“You will never be happy unless you are using your gifts,” she warns. And she tells you just how to figure out what those gifts really are.

One of her secrets is to understand your feelings. And she has a chapter dedicated to learning how to do that. She encourages you to name your feelings, even the negative or “problem” feelings, to learn how you respond to things. It’s about learning to respect the things you cherish and getting rid of toxic feelings. Because, as Barbara tells us, “Your feelings are your compass. If you know how to read them, they will direct you toward what you love.”

And if narrowing the gift that makes you most happy down to just one thing makes you feel depressed or anxious, you’re probably a scanner (like me!). If this rings a bell with you, you’ve got to check out Barbara’s Refuse to Choose!: Use All of Your Interests, Passions, and Hobbies to Create the Life and Career of Your Dreams.

3. How We Choose to Be Happy: The 9 Choices of Extremely Happy People–Their Secrets, Their Stories by Rick Foster & Greg Hicks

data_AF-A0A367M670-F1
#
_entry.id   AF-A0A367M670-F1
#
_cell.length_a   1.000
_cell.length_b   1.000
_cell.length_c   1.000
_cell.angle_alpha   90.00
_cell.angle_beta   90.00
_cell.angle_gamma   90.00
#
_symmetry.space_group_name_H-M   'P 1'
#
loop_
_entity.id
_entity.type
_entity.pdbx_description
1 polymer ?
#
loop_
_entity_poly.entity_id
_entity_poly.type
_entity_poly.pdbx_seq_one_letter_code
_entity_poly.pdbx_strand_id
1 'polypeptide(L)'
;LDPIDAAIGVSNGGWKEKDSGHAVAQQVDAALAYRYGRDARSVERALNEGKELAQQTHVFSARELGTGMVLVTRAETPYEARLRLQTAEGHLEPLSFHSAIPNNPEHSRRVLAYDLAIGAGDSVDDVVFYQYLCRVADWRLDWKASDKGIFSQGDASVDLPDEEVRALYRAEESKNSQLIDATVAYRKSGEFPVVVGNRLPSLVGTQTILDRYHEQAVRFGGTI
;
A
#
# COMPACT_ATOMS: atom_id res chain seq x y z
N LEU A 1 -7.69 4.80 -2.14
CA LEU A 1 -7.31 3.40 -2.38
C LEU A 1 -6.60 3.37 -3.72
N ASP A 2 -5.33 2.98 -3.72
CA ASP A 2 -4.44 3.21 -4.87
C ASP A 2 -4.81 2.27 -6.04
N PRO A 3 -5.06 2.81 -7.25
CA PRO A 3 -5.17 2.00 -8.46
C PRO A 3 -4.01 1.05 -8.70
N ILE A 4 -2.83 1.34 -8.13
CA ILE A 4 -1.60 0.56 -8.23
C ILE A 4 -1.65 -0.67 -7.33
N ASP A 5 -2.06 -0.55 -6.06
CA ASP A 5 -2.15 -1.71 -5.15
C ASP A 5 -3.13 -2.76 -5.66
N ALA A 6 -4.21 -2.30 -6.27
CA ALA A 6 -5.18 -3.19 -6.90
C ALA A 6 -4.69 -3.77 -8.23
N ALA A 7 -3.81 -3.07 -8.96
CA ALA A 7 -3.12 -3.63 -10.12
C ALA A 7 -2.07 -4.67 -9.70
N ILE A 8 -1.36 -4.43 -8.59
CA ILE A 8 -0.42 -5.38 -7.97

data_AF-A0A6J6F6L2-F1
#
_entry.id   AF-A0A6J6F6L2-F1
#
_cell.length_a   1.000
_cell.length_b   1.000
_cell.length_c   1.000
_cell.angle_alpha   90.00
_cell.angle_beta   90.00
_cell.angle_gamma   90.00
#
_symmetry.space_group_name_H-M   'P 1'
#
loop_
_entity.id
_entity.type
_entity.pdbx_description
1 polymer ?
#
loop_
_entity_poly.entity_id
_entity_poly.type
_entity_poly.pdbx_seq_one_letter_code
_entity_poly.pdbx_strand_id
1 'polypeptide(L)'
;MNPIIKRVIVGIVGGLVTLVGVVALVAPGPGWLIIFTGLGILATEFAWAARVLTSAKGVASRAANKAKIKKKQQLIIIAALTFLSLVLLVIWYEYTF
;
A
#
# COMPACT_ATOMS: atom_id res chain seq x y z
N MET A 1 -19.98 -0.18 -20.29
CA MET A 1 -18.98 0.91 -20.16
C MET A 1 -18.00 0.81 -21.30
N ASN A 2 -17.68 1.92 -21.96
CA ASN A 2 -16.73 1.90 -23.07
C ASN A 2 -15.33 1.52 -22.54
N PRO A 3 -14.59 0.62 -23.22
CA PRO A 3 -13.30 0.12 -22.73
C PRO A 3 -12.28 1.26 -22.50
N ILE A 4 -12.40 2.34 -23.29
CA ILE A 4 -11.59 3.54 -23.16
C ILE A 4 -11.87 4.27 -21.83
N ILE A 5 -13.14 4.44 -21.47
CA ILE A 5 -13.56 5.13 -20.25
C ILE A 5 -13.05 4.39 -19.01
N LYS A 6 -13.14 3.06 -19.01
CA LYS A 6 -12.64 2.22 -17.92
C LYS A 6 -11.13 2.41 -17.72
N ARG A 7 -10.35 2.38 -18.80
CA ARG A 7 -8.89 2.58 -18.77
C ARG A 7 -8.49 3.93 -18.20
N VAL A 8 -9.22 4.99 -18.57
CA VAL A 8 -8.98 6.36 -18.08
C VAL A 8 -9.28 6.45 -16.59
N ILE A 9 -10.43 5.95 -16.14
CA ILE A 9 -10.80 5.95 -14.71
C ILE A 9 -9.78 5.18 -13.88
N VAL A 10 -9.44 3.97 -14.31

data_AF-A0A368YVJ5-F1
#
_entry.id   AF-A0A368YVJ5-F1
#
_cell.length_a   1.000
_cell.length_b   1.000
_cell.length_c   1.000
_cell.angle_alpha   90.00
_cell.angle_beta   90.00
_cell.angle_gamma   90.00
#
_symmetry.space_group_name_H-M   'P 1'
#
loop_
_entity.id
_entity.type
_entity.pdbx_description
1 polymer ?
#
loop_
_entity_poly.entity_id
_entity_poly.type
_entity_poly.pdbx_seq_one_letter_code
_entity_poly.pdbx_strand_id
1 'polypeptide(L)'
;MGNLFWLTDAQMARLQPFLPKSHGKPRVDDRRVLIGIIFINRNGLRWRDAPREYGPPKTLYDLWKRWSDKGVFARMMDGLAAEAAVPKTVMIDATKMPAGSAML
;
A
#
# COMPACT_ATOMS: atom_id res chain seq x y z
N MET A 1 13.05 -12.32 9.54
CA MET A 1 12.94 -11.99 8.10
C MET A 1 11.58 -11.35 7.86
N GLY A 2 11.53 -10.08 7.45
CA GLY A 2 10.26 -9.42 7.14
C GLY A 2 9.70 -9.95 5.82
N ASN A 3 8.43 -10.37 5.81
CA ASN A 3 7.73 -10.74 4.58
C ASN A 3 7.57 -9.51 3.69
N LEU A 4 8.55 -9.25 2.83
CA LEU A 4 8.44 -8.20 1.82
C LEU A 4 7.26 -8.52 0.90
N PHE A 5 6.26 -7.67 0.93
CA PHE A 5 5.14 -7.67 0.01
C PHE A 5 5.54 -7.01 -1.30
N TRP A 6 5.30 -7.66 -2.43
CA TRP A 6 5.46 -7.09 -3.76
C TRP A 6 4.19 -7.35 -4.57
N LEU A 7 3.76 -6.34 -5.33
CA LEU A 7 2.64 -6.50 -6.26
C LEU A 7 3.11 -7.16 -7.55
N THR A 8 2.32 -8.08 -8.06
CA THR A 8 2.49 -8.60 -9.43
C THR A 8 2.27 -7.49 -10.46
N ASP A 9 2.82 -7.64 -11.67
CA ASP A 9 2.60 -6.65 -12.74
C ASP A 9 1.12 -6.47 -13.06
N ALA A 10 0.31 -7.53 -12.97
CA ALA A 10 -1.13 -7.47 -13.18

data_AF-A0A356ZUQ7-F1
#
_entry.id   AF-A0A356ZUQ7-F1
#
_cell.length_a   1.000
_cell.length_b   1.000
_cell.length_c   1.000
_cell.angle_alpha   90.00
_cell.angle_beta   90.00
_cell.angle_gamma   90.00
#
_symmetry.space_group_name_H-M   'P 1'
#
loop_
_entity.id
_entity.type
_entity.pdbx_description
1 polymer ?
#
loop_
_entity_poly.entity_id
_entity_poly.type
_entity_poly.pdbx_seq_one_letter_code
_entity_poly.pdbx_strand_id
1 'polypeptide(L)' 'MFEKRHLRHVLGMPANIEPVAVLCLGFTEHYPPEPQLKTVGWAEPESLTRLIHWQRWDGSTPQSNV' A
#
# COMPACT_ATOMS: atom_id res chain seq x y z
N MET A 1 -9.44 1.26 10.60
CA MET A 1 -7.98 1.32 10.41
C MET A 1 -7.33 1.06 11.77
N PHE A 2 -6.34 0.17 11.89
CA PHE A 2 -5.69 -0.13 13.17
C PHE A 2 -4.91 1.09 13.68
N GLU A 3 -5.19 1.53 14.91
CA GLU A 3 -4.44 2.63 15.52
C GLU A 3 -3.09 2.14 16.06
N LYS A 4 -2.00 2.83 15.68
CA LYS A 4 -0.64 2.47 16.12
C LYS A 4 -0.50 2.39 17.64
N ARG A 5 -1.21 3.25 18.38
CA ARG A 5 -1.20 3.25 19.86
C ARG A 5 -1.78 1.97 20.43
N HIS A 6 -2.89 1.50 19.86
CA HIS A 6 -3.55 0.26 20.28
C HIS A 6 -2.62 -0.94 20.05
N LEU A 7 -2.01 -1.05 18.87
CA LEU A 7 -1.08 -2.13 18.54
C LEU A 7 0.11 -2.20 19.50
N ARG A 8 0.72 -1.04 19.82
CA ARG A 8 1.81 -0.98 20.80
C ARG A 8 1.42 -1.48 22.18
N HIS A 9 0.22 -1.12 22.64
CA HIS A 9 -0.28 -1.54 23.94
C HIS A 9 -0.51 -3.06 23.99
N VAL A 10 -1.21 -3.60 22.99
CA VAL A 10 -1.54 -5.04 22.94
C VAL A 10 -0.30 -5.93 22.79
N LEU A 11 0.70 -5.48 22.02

The beginning of this book isn’t very happy. The Prologue is the story of a someone the writers call Kathryn, a woman who loved to dance, but who followed her family’s career admonitions instead. She became so unhappy, she left her husband, quit her job and took off. She ended up broke and bulimic and selling her body to survive. She hit the bottom. Yet, Kathryn is one of the “extremely happy people” the writers interviewed. Because she turned herself around by doing what made her tick.

Rick Foster and Greg Hicks were business consultants, but they became fascinated by people who “moved through life with warmth, grace and an elegance that was both alluring and mysterious.” So they went across the country interviewing people like this. They discovered what these happy folks had in common were nine conscious decisions they had made. I don’t have room to cover them all, but the first one is Intention.

They write, “The intention to be happy is a mindset that propels us toward living as happily as we can, predisposing us to make each day as joyful and significant as it can be. It’s the point at which we stop responding unconsciously and actively decide we want to be happy. We make a promise to ourselves, a commitment to happiness that becomes our compass, guiding the decisions we make and the actions we take.”

Profound, huh?

Needless to say, I really love this book.

I hope I’ve lifted your heart today. What are some things that make you happy?

Follow Linsey on Twitter @LinseyLanier

Check out excerpts of my books on my blog (links on the right!)

 

 

Shannon - July 26, 2012 - 12:30 am